coming into widespread use. Much like the subject matter of the supermarket tabloids of today, the cruel life of
the Wallachian tyrant was easily sensationalized. The pamphlets were reprinted numerous times over the thirty or
so years following Dracula's death -- strong proof of their popularity.
The German pamphlets painted Dracula as an inhuman monster who terrorized the land and butchered innocents
with sadistic glee. The Russian pamphlets took a somewhat different view. The princes of Moscow were at the
time just beginning to build the basis of what would become the autocracy of the czars. They were also having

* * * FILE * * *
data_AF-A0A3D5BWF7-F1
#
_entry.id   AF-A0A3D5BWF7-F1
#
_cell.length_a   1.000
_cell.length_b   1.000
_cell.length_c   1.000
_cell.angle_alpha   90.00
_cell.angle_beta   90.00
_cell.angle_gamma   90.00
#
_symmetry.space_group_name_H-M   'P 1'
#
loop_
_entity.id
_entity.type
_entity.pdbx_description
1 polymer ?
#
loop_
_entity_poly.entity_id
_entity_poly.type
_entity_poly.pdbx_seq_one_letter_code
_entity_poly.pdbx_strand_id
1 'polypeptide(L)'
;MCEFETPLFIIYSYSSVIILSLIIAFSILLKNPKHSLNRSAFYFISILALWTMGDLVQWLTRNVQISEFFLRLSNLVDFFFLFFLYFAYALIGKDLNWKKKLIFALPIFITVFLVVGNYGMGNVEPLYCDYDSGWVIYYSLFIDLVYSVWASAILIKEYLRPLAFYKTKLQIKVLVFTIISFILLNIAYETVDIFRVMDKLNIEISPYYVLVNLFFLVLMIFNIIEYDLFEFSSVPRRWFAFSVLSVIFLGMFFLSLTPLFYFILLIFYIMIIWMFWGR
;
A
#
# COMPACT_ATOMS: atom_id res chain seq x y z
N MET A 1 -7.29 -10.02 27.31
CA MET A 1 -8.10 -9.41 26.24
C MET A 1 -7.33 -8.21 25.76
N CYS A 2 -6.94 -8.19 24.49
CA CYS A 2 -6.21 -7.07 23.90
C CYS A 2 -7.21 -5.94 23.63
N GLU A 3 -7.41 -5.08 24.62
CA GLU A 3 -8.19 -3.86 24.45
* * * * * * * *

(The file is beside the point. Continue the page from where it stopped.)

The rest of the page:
considerable trouble with disloyal, often troublesome boyars. In Russia, Dracula was presented as a cruel but just
prince whose (sic) actions were directed toward the greater good of his people. Despite the differences in
interpretation the pamphlets, regardless of their land of origin, agree remarkably well as to specifics. The level of
agreement between that various pamphlets has led most historians to conclude that at least the broad outlines of
the events covered actually occurred.
Romanian verbal tradition provides another important source for the life of Vlad Dracula. Legends and tales
concerning the Impaler have remained a part of folklore among the Romanian peasantry. These tales have been
passed down from generation to generation for five hundred years. Through constant retelling they have become
somewhat garbled and confused and they are gradually being forgotten by the younger generation